Posted by JWmHarmon on December 18, 2002 at 12:41:42:
In Reply to: Re: Are old houses being blown down where you live? posted by steveA on December 18, 2002 at 08:10:05:
The old house I used to live in was made with oak 2X6 framing. These were true 2X4 structural members - not 1 1/2 X 3 1/2 pieces. The floor joists were true 2X12's spaced on 16 inch centers. The subfloor was made of 1X6 lumber (species undetermined, but not pine) which was actually 1 inch by six inches, not 3/4 X 5 1/2. These boards were laid diagonally forming structural triangles over the entire surface of the floor. Pine and oak finished floor boards were laid perpenicular to the floor jiosts and further triangulating the subfloor. Walls were braced with let-in braces made of true 1X4 oak boards.
If you have ever picked up a dozen oak boards, you will immediately notice the difference from a dozen fir/pine/spruce boards.
The house I used to live in was HEAVY. It was structurally braced in all planes. It was nailed with "real nails" and not the little wire nails shot from air-nailers used today. It had a rock roof - made of slate, weighing who-knows-how-much.
Compare this with the relatively flimsy materials used to build my current 1970's American stick built home with corner plywood bracing, roof trusses, and plywood floor with thin siding material.
Which house would you rather be in in a violent wind storm? The heavy as a rock older home, or the just-enough-to-hold-it-together, engineered home of the 1970's?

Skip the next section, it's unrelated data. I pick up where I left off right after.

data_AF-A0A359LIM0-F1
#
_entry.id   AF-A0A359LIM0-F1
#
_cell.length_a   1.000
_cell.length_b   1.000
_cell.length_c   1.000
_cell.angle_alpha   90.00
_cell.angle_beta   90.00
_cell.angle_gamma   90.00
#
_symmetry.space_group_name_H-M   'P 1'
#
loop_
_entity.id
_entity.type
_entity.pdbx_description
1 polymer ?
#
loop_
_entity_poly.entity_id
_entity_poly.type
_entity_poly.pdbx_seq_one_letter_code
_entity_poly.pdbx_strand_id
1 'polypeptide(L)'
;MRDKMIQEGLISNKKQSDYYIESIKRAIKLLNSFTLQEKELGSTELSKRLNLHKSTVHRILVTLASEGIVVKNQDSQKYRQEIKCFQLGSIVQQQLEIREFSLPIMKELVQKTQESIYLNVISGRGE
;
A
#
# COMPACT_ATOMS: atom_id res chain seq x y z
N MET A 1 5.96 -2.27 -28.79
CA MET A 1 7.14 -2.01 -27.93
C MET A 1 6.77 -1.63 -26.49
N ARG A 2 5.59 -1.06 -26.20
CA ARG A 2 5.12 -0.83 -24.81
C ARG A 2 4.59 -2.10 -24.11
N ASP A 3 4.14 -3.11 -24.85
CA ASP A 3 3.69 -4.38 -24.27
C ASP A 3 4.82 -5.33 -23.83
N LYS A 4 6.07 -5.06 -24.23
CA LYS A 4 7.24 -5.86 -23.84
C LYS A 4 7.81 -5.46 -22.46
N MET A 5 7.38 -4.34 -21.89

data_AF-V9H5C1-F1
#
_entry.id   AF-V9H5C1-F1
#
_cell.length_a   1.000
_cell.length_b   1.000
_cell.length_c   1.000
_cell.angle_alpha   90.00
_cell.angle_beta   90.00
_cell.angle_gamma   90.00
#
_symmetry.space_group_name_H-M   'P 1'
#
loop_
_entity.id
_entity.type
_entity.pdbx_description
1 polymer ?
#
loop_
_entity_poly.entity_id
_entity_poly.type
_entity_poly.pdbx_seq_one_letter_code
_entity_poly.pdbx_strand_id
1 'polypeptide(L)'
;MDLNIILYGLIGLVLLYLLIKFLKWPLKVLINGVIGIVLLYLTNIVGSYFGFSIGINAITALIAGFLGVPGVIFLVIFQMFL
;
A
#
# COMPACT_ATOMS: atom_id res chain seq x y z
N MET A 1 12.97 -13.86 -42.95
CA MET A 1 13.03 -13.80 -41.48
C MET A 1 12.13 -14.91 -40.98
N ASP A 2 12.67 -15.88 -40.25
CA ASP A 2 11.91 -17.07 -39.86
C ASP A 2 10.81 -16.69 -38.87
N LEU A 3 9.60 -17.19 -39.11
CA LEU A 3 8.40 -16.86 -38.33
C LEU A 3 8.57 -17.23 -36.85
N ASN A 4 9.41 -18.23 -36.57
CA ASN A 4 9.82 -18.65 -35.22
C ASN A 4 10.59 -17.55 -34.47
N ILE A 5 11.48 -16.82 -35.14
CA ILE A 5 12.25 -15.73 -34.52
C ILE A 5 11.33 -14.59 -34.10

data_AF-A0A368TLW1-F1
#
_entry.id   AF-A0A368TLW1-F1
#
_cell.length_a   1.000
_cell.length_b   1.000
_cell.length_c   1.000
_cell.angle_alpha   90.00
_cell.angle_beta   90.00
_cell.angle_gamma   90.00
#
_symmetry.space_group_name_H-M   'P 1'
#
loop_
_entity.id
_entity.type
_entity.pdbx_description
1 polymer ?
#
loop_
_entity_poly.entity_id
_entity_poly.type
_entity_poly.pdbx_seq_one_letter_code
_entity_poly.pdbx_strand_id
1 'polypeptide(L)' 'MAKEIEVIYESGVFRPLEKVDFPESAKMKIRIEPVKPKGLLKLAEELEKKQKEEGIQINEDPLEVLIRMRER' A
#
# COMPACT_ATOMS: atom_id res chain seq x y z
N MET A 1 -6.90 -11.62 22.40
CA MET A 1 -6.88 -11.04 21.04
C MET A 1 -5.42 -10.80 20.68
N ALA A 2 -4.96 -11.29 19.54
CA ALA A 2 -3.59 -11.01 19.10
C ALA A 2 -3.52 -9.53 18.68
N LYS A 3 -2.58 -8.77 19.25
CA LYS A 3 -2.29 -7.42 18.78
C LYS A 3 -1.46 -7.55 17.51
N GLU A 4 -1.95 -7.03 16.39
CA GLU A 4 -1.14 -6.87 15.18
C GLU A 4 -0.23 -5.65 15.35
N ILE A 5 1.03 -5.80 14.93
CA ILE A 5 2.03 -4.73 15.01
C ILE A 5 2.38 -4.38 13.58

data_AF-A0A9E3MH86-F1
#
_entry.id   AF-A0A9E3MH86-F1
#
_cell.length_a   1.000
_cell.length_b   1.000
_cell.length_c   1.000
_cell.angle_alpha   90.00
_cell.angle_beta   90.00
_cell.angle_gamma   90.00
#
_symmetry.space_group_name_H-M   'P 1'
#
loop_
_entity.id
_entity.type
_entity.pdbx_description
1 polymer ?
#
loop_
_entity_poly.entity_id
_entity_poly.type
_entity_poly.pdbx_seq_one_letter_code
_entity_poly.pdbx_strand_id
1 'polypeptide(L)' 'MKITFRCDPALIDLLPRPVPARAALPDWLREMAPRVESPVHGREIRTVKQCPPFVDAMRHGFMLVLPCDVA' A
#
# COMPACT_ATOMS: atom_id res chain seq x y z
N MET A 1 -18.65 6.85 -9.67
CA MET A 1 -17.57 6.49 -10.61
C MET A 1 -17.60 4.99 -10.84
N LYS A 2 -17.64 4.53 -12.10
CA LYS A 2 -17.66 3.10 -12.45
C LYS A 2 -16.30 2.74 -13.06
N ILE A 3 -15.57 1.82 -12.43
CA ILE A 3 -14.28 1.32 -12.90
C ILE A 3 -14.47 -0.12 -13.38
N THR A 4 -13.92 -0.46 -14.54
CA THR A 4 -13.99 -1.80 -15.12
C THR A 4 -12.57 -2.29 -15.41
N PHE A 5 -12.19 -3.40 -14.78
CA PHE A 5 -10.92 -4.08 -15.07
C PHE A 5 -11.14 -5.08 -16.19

Why was the older home not anchored? It was so heavy that it didn't need to be anchored. The sheer weight was greater than the possible wind loads trying to blow it over.
My 1970's engineered home needed to be anchored because the weight is less than that needed to resist the wind loads. If not anchored adequately, it would blow away in a hundred-mile-per-hour gust.
When my engineered house of the 1970's proved to be inadequately designed, I repaired it with rebar and appropriate anchors. I keep hoping that we don't get 150 mile-per-hour wind gusts. I don't think it would stand. I would much rather have the old house I lived in to ride out such a storm.
Before we condemn the current codes, let's make sure that the materials and workmanship will withstand the predicted forces trying to destroy the building. We should learn something from the hurricane that destroyed Homestead Florida, and the many tornados of "Tornado Alley" in the American midwest. Maybe, just maybe, there is some wisdom behind all those codes.
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